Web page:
Tuesday, December 20, 2005

Big Studios and little movies

Here's a fascinating look at Paramount's acquisition of DreamWorks. It's the latest in the Slate series on Hollywood Economics and is an instructive look at what drives the movie business. It is not, in case you wondered, creativity.

Preston Johnson wonders what impact this acquisition might have on "Black Snake Moan." "If Paramount had a skimpy slate of films for the next year or so," he says, "and if BSM was one of them, and if they thus bought DreamWorks in order to have more product, does this mean BSM (a relatively inexpensive film) will be more likely to get lost in the shuffle, ignored in favor of other, higher-profile releases?"

What do you think?

1 comment:

  1. There's related news in today's Hollywood Reporter, specifically about changes (and layoffs) at Paramount Classics, the arthouse division that is shepherding BSM:


    Note that the article mentions that 6 people are being let go, and that this represents "more than one-third of the... staff." So that means the whole arthouse operation is less than 18 people (<12 after layoffs). Which is, what, about that of a medium-sized ad agency in Memphis?

    Also note that Paramount Classics will soon be getting a new name.

    So what does all this mean for BSM? Here's some pure "on-the-other-hand" speculation:

    If Paramount isn't short of marketing cash due to the DreamWorks deal -- and the need to market the expanded slate of films -- and if they intend to fully support the new regime at Para Classics (or whatever it's called), then this latest news could prove very beneficial for BSM.

    Remember the sequence of events -- Brad Grey took over Paramount early in 2005, and his first big move was the astounding Hustle & Flow deal at Sundance. People said this bold action was Grey's way of announcing his presence. It also means that Grey has at least a small part of his reputation tied in with the success of H&F's director, Craig Brewer.

    He has a need to prove to Hollywood that this was a smart move. Particularly since H&F subsequently did only OK box office (about $23 million worldwide), but didn't really break out like they hoped it would.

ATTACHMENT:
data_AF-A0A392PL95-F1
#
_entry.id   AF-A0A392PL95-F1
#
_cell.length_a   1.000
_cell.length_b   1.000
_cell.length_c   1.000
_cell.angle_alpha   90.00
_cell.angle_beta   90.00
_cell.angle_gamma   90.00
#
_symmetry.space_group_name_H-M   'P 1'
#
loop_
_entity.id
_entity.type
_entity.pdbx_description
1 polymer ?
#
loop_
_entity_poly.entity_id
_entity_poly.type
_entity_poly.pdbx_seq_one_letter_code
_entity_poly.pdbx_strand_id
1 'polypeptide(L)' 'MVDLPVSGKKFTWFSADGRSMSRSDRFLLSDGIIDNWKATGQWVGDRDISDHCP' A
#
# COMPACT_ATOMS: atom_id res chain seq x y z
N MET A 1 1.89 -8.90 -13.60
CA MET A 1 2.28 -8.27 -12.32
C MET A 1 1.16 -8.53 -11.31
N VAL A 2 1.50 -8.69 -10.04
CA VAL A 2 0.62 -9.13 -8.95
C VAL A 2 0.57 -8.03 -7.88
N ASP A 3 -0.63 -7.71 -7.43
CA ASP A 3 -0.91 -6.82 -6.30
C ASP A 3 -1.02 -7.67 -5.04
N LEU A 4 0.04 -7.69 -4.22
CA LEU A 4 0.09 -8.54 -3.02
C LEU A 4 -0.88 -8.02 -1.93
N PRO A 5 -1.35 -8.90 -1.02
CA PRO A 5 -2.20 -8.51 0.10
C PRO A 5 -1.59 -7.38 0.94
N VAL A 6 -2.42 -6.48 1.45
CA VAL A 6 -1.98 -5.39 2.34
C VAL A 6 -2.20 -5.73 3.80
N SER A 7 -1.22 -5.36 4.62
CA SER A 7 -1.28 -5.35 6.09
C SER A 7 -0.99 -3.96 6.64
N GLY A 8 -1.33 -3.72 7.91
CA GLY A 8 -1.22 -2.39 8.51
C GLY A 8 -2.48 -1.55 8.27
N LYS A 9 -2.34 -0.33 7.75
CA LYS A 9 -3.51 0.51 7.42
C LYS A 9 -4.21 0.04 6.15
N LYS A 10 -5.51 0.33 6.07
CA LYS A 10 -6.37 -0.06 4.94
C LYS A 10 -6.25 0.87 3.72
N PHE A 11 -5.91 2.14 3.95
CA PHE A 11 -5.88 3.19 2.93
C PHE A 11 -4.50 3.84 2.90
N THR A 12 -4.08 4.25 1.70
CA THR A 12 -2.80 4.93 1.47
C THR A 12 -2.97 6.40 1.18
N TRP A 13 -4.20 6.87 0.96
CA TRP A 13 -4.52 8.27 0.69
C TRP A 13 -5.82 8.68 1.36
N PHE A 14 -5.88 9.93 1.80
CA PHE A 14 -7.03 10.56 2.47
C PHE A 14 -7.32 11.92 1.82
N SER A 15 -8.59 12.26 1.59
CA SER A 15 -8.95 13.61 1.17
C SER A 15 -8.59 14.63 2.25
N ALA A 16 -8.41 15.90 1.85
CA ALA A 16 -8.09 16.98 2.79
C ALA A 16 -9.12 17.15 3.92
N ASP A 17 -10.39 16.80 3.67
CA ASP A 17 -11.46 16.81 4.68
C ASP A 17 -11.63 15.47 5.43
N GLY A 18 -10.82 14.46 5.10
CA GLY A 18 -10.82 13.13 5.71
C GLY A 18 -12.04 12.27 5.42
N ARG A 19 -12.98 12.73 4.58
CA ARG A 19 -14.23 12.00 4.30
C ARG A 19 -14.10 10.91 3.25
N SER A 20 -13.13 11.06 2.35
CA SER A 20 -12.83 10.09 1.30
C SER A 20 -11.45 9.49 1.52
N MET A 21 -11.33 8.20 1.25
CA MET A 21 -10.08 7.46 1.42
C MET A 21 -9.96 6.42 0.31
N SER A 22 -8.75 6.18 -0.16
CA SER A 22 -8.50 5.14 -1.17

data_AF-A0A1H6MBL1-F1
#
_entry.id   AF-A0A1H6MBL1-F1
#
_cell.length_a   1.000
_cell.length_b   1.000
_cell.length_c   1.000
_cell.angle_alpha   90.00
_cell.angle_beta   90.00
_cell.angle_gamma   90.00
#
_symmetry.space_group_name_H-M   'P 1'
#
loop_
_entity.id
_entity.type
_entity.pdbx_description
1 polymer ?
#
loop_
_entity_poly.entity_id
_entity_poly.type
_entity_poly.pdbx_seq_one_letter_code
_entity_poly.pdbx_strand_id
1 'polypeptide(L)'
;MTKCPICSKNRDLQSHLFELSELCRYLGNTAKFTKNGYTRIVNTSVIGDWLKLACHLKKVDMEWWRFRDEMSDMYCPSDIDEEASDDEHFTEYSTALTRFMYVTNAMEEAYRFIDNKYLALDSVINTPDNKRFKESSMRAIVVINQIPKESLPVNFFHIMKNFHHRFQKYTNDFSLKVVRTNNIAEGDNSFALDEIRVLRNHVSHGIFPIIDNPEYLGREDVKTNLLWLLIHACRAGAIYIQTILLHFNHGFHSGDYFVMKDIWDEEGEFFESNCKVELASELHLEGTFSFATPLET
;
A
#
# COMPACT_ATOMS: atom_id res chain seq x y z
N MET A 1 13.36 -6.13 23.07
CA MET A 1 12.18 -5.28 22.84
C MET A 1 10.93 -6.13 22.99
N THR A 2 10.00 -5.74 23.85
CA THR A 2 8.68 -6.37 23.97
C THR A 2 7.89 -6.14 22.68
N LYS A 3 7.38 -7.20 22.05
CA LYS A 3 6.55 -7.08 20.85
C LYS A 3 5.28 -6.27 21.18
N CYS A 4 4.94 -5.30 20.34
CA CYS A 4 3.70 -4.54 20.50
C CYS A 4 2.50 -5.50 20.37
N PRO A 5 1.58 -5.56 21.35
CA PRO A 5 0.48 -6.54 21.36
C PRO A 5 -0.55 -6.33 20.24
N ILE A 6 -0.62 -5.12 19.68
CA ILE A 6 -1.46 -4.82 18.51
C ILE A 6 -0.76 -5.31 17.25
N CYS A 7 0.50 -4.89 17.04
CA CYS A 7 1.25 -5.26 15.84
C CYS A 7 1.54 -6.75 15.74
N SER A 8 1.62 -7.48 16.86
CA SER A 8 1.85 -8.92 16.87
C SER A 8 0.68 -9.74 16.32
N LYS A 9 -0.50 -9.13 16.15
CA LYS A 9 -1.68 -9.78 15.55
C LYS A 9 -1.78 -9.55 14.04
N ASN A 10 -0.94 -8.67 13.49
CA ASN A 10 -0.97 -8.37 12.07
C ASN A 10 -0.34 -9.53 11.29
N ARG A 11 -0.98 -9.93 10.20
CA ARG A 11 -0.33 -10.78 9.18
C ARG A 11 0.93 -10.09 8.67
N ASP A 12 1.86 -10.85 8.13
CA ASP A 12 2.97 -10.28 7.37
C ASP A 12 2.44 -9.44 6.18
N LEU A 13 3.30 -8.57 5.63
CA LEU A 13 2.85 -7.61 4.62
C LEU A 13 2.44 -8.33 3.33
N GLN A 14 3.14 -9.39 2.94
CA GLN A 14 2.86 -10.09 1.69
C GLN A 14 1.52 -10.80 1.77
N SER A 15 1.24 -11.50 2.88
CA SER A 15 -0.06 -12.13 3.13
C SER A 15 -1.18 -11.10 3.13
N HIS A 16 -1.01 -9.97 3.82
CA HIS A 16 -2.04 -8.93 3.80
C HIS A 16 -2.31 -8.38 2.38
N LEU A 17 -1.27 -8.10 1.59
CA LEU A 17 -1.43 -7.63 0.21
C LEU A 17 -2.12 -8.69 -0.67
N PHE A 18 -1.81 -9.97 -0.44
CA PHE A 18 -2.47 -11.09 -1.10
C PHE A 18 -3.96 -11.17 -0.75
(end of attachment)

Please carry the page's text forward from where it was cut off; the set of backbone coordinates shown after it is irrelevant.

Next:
(I've heard folks say, "well, $23 million is pretty good for a $3 million movie." Which is true, but to Paramount's eyes, it's a $9 million movie -- that's what they paid at Sundance. And then they put about $15 million into marketing it, making a total $24 million outlay. And you only get roughly half of the B.O. as income, so for the moment, it's a loss. But of course with the upcoming DVD release, they can conceivably double or even triple the theatrical income, making it a possibly moderate success -- hopefully with a little help from the Oscars!)

    It took several months, but all along everyone expected Grey to replace the top brass at Paramount Classics too. Now that's accomplished, and the new chief there, John Lesher, will want to make his own mark, bring in his own people, etc. Like the article says, they're even going to change the name of the division!

    It also means they can blame any problems with H&F's performance on the old regime & its marketing efforts -- and not on Craig!

    And don't be surprised if Lesher does a little big game hunting himself at Sundance next month (Jan. 19-29). Which will remind people of Grey's big deal there in 2005.

    Before that is the DVD release of H&F on Jan. 10th. Which comes three weeks before the Oscar nominations are announced on Jan. 31st (nominations ballots go out Dec. 29th, nominations polls close Jan. 21st). Good timing for the DVD & its marketing to be hitting retail. Best bet for a nomination is Terrence Howard, but it's not a lock. A nomination for Craig would be fabulous, but I'd say highly unlikely.

    Still, all this attention could prove beneficial for BSM, which I'm guessing is heading for a spring or early summer release (I have no special info, just idle speculation). The DVD, Sundance, the new chief, the new name -- maybe even some Oscar attention! -- it could all come together and lead up to a big push for BSM. I wouldn't be surprised, in fact, if it was THE first release under the new company name, and was their flagship arthouse film for the early summer (Memorial Day?)

    Of course I could be completely wrong, but it's fun to guess.